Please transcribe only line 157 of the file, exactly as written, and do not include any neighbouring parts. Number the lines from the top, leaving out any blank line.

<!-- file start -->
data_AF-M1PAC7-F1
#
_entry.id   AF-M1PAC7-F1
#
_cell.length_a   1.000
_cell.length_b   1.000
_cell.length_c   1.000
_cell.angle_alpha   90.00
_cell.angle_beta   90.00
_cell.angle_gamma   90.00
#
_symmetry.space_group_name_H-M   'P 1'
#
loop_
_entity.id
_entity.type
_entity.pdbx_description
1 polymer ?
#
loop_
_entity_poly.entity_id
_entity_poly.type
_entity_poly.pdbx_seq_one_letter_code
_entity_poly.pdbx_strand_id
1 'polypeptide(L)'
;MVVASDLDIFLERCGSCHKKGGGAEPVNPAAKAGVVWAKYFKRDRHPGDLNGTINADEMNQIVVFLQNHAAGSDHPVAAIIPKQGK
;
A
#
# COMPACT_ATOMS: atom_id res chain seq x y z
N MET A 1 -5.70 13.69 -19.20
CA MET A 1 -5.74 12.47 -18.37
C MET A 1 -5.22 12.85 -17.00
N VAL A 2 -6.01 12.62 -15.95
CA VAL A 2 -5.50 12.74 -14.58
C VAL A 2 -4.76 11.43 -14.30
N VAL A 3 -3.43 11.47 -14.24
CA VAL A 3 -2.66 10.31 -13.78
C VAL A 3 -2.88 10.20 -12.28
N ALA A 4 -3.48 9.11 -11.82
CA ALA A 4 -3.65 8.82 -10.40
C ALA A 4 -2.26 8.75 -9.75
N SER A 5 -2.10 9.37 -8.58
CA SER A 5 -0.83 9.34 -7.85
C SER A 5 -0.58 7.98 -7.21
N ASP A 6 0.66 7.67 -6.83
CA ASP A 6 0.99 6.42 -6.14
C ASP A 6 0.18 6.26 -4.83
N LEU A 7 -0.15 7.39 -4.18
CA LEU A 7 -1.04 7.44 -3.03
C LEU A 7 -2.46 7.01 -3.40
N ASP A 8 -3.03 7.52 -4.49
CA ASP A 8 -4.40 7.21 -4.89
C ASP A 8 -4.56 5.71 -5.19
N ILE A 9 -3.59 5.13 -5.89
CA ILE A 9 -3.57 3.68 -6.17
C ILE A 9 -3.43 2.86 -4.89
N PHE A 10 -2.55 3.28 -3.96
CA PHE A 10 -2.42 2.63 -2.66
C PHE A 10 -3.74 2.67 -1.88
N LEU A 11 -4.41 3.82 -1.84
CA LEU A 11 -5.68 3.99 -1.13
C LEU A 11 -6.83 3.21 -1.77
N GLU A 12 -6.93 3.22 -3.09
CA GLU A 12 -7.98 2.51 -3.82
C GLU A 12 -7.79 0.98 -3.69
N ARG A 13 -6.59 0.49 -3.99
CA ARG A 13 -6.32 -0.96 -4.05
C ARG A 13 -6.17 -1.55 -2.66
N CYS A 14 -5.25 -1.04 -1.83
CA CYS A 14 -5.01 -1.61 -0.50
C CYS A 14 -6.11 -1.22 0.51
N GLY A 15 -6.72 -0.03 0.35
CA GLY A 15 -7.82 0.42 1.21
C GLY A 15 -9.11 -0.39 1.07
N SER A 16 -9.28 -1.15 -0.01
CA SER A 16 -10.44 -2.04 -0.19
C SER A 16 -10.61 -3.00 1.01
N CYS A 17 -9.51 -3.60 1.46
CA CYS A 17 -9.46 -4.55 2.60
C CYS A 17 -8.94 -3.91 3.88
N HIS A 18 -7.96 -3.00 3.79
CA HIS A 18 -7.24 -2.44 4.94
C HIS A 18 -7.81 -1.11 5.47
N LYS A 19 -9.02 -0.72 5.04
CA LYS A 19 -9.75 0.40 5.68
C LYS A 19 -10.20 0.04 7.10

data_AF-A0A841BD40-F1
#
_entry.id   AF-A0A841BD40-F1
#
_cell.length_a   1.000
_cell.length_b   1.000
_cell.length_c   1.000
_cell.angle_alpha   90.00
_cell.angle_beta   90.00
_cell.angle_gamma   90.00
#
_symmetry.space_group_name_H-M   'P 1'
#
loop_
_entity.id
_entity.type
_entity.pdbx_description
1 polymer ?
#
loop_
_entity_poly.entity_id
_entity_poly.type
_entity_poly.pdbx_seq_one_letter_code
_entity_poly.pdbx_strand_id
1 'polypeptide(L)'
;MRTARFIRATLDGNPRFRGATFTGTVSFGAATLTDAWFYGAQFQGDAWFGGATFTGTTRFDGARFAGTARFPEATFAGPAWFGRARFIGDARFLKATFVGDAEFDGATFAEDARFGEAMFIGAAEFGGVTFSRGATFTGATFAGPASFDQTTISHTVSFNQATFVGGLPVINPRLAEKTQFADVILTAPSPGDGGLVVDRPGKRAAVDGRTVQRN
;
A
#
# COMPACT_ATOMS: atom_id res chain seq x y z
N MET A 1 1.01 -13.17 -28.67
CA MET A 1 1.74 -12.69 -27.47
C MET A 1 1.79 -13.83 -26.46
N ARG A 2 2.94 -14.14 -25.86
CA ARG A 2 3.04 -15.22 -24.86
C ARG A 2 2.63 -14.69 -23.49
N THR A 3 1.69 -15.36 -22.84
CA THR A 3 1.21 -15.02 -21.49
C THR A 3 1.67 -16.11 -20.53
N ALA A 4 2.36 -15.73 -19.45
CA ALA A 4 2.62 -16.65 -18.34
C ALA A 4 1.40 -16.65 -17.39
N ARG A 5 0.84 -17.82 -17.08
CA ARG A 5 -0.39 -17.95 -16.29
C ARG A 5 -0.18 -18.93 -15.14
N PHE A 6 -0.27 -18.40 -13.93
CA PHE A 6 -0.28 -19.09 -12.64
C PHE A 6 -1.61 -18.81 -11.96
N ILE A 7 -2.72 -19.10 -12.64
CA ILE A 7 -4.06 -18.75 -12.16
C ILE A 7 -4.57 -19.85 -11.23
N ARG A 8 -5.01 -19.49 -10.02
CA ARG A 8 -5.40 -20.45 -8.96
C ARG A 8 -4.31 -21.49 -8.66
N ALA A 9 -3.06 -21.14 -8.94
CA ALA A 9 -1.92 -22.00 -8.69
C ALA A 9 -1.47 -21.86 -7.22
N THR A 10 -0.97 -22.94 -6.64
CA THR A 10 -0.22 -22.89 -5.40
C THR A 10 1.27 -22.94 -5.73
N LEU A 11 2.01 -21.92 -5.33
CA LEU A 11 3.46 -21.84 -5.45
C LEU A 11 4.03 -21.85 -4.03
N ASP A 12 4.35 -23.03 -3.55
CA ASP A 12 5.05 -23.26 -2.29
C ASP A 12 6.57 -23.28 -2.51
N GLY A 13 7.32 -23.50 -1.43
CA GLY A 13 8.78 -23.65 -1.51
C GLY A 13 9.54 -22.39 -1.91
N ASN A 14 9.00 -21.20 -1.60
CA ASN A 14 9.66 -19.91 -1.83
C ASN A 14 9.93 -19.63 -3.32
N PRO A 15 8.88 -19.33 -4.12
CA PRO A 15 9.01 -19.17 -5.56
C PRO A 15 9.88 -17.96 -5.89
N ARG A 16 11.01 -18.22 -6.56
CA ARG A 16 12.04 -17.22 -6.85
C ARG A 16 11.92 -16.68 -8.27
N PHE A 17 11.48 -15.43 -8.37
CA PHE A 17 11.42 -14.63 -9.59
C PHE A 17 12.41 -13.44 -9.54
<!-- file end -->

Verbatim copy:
N ASN A 14 9.00 -21.20 -1.60